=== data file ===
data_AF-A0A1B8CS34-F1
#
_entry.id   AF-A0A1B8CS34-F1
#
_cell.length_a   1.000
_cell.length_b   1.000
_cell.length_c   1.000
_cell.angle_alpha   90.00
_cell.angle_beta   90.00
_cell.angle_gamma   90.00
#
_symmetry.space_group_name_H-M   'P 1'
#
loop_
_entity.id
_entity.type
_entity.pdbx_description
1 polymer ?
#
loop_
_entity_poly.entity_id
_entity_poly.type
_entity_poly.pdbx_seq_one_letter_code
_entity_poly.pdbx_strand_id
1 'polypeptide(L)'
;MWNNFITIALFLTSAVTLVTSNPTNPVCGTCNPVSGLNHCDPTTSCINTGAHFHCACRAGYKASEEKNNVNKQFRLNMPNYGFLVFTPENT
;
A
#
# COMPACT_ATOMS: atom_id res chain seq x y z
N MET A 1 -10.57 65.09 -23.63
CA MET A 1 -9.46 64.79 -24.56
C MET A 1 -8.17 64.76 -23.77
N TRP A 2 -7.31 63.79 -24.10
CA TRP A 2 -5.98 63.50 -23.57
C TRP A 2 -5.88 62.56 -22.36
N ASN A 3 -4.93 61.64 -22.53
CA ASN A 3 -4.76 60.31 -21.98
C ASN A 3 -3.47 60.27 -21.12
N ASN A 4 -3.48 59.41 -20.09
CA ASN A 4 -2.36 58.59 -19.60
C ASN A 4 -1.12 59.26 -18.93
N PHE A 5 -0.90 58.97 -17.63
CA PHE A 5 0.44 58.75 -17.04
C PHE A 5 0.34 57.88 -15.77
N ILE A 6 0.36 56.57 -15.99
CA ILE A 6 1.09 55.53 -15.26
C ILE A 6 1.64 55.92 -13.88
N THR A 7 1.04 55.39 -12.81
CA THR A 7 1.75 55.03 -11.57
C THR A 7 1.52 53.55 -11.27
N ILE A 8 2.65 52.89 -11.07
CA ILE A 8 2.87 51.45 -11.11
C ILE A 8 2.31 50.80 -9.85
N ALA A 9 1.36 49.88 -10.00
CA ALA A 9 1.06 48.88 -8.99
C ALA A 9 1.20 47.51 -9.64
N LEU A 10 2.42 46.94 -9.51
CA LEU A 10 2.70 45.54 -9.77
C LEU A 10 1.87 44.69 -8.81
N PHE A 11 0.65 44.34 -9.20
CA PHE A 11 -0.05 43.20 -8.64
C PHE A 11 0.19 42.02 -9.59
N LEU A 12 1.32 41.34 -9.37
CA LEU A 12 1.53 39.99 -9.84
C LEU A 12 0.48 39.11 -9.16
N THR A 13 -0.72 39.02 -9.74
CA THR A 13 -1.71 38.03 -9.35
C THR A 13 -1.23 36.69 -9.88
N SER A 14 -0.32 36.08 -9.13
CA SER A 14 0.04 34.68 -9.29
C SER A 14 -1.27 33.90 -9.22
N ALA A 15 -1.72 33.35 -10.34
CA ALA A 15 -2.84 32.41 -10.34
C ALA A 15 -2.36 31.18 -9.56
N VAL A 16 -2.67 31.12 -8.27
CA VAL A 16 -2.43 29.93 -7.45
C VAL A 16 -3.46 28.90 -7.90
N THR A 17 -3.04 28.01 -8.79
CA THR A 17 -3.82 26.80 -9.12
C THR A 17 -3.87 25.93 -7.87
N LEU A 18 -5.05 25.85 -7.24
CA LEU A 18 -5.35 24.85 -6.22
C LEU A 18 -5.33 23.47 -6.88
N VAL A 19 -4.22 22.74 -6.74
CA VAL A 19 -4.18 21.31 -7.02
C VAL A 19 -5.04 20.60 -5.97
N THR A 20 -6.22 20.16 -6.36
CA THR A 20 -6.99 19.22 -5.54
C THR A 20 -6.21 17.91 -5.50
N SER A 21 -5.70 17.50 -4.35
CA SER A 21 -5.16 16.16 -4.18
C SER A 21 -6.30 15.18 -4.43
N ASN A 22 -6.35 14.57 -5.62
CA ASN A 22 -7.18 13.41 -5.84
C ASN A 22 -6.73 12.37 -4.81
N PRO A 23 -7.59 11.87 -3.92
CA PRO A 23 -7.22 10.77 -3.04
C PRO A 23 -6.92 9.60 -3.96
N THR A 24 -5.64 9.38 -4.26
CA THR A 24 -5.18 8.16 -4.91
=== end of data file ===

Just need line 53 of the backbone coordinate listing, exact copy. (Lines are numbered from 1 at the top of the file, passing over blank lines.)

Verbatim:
CA ILE A 8 2.87 51.45 -11.11